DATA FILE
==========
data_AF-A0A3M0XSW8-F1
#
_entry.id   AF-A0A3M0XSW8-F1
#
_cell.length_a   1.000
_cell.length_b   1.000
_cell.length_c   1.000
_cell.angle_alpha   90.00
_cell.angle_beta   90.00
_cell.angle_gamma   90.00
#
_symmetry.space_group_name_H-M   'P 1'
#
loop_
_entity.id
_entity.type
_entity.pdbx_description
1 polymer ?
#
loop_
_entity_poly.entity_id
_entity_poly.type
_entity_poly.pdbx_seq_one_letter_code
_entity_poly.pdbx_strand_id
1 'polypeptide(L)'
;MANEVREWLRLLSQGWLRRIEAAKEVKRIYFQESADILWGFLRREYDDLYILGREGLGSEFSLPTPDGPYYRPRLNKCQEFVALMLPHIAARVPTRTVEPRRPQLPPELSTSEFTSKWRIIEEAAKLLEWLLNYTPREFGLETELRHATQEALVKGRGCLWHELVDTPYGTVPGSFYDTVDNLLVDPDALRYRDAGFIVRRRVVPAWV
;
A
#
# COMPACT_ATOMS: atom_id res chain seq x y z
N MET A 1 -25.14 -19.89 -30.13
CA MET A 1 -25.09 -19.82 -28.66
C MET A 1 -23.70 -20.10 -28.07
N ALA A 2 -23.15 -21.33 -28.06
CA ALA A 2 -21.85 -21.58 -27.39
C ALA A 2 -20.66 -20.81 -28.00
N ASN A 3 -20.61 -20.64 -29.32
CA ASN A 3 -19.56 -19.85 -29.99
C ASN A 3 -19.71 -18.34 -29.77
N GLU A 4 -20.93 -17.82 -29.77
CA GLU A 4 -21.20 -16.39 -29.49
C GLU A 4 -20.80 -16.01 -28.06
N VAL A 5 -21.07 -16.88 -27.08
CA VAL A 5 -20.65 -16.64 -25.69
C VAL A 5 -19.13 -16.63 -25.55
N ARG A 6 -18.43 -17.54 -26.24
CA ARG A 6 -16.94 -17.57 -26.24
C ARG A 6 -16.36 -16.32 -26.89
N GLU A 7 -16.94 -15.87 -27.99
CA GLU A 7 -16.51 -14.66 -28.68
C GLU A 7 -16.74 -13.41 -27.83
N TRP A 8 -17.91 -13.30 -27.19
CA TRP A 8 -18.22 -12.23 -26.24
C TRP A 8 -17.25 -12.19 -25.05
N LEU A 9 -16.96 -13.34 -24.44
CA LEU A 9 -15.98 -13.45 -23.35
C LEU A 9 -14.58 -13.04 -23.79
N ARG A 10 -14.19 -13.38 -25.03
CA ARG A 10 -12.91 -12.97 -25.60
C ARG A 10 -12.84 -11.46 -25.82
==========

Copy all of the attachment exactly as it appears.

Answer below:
data_AF-A0A3M0XSW8-F1
#
_entry.id   AF-A0A3M0XSW8-F1
#
_cell.length_a   1.000
_cell.length_b   1.000
_cell.length_c   1.000
_cell.angle_alpha   90.00
_cell.angle_beta   90.00
_cell.angle_gamma   90.00
#
_symmetry.space_group_name_H-M   'P 1'
#
loop_
_entity.id
_entity.type
_entity.pdbx_description
1 polymer ?
#
loop_
_entity_poly.entity_id
_entity_poly.type
_entity_poly.pdbx_seq_one_letter_code
_entity_poly.pdbx_strand_id
1 'polypeptide(L)'
;MANEVREWLRLLSQGWLRRIEAAKEVKRIYFQESADILWGFLRREYDDLYILGREGLGSEFSLPTPDGPYYRPRLNKCQEFVALMLPHIAARVPTRTVEPRRPQLPPELSTSEFTSKWRIIEEAAKLLEWLLNYTPREFGLETELRHATQEALVKGRGCLWHELVDTPYGTVPGSFYDTVDNLLVDPDALRYRDAGFIVRRRVVPAWV
;
A
#
# COMPACT_ATOMS: atom_id res chain seq x y z
N MET A 1 -25.14 -19.89 -30.13
CA MET A 1 -25.09 -19.82 -28.66
C MET A 1 -23.70 -20.10 -28.07
N ALA A 2 -23.15 -21.33 -28.06
CA ALA A 2 -21.85 -21.58 -27.39
C ALA A 2 -20.66 -20.81 -28.00
N ASN A 3 -20.61 -20.64 -29.32
CA ASN A 3 -19.56 -19.85 -29.99
C ASN A 3 -19.71 -18.34 -29.77
N GLU A 4 -20.93 -17.82 -29.77
CA GLU A 4 -21.20 -16.39 -29.49
C GLU A 4 -20.80 -16.01 -28.06
N VAL A 5 -21.07 -16.88 -27.08
CA VAL A 5 -20.65 -16.64 -25.69
C VAL A 5 -19.13 -16.63 -25.55
N ARG A 6 -18.43 -17.54 -26.24
CA ARG A 6 -16.94 -17.57 -26.24
C ARG A 6 -16.36 -16.32 -26.89
N GLU A 7 -16.94 -15.87 -27.99
CA GLU A 7 -16.51 -14.66 -28.68
C GLU A 7 -16.74 -13.41 -27.83
N TRP A 8 -17.91 -13.30 -27.19
CA TRP A 8 -18.22 -12.23 -26.24
C TRP A 8 -17.25 -12.19 -25.05
N LEU A 9 -16.96 -13.34 -24.44
CA LEU A 9 -15.98 -13.45 -23.35
C LEU A 9 -14.58 -13.04 -23.79
N ARG A 10 -14.19 -13.38 -25.03
CA ARG A 10 -12.91 -12.97 -25.60
C ARG A 10 -12.84 -11.46 -25.82